This time, translucent clay and pan pastels. I formed shallow bubbles using thin Premo translucent (#9 on Atlas pasta machine) then adhered those to a raw translucent over white background using diluent.
This is a good example of how differently the pastels stick to baked and unbaked clay.
Interesting… But I’m not sure what I’d do with this technique yet.
I think I may be making more griffons in the future… When I got to the edges, I was a little disappointed because I couldn’t finish the rest of him.
I baked the clay first this time, and used the pan pastels afterwards. I wanted a softer subtler look for the feathers.
Don’t ask why. There is no why.
There is only the tired brain and whatever happens to flit across it.
And a 4″ canvas painted with acrylics to look like the sky that I wanted to experiment with. I did add a little white pan pastel to the clouds.
I found out that at least this type of mini canvas can be baked in the oven. And that Genesis medium works really well to adhere raw clay to canvas.
I also found that canvas is really too flexible to sculpt against so I sculpted the heroic Weasel freehand then attached him to the canvas before baking.
I usually use a background of clay but that limits me to the size of my oven. Good to know this is an option if I ever want to make larger pieces.
There’s really no reason the clay had to be baked on the canvas in this case. I was just curious if it could be.
I also love how the plovers run along the beach, their legs moving so fast you can barely see them. Then Full Stop! And they’re off again…
“It looked goodnatured, she thought: still it had very long claws and a great many teeth, so she felt it ought to be treated with respect.”
I’d sculpted the cat’s face and front paws as a pin quite awhile ago, so I re-used that part. I sculpted Alice and the tree, and added a few fading strips and the Cheshire cat’s tail. The text is a toner transfer on to translucent clay – you’re looking through a thin layer of polymer to read it.
Here’s the final version. I was happy with most of it, but I wanted to add a little more depth to the tree, and details to the cat. I came in with acrylic paint and a tiny tiny brush to highlight teeth and claws, and repainted the eyes. I also used some lavender to tone down the colors of the cat a bit…
Or am I allowed to say that about my own stuff? Considering I can usually see more flaws than anyone else can, I think I can enjoy it once in awhile Just look at his tiny watch – I re-sculpted that 3 times before I got it right.
Here’s a good example of what I mean by antiquing. And I baked that layer of paint so it wouldn’t smudge into the color I added afterwards.
The gold watch is acrylic paint.
The caterpillar (with elements from a couple versions of Alice in Wonderland) is one of the pieces that made me say previously unfinished work is fair game. This sculpture took much more than a single day. I worked on this and the white rabbit (tomorrow) off and on over a couple months, refining and tweaking tiny details until I was finally happy with it.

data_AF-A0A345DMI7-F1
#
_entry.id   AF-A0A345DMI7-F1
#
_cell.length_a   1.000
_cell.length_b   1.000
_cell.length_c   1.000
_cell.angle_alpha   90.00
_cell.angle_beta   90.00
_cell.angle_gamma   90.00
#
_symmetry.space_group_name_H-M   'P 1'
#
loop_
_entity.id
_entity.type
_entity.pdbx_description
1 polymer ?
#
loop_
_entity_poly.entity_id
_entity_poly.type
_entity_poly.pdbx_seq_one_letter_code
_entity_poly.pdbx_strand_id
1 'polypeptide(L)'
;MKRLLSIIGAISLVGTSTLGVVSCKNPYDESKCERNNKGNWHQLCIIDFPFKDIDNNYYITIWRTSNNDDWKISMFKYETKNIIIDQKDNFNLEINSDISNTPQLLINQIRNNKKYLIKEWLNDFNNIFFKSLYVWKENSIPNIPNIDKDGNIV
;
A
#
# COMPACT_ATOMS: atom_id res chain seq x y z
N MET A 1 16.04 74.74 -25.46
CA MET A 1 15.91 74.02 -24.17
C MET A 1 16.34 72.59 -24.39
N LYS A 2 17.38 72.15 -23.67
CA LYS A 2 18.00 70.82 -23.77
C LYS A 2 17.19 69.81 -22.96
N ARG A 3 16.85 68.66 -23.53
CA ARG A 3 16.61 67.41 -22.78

But it’s been baked and unpainted for a few months now.
I’ve been afraid.
Seems rather silly to be afraid of a piece of clay, doesn’t it? But I was so happy with how it came out that I was afraid I’d ruin it in the painting stage.
I am planning on molding it and turning it into a pin/pendant, so there will be other opportunities to paint it, even if I did ruin the first one.
But it didn’t seem to matter. There was that block – the sure knowledge that as long as I left it alone, it would stay forever perfect in my own head.
But it’s kind of hard to wear a virtual pin So that’s one of the best things about this 30 day challenge. It’s helping me get over my perfection procrastination and fear of failure. I just have to finish it.
It doesn’t have to be perfect; it doesn’t even have to be good.
It just has to be done.
I can always make another. Or something else.
There was too much tiny detail for pastels on this one. I used Genesis heat set oils (not really oil paints – they’re closer to polymer clay in formulation). The great thing about them is that I could paint in layers, and set one area before continuing on.
The brass effects were from metallic acrylic paint.
You can do it with two colors of polymer but I decided to try it with the pan pastels. I used black Premo, then patted on a pretty opaque layer of white pastel, followed by a graduated layer of blue with some yellow and white to indicate filtered light.
With a toy plastic shark as my model, I used my smallest loop tool and had a bit of fun carving/drawing through the layers.
I originally tried some shallow cross hatching with another tool (the larger black areas) but it ended up looking muddy and hesitant so I carved them away. The best marks seemed to be quick, decisive and free flowing.
It was actually a lot of fun and I can see doing more of these.
So, I figured I should either resurrect it, or get rid of it as a lost cause. I’ve been trying to clear a bit of space in the studio here and there.
First thing I did, was transfer it onto a thicker backing layer of clay – you can see it cracked. Then I pieced in around it to bring everything to the same level. I painted on a coat of diluent (clay softener) thanks to a tip from from Leigh Ross of PolymerClayCentral, and let it sit for a few days.
It worked wonders. The diluent sank in and made the clay pliable again and I was able to finish sculpting.
I used pastels, but I think this may have been a case (tiny and very detailed) where I should have stuck with paint. A bit of antiquing and a dry brush of white would have brought out the details better – It felt like I lost a bit in the final pasteled/painted version. I did end up giving it an antiquing wash, added a bit of yellow acrylic to brighten up the beak, and gave it a dry brush coat of white as well.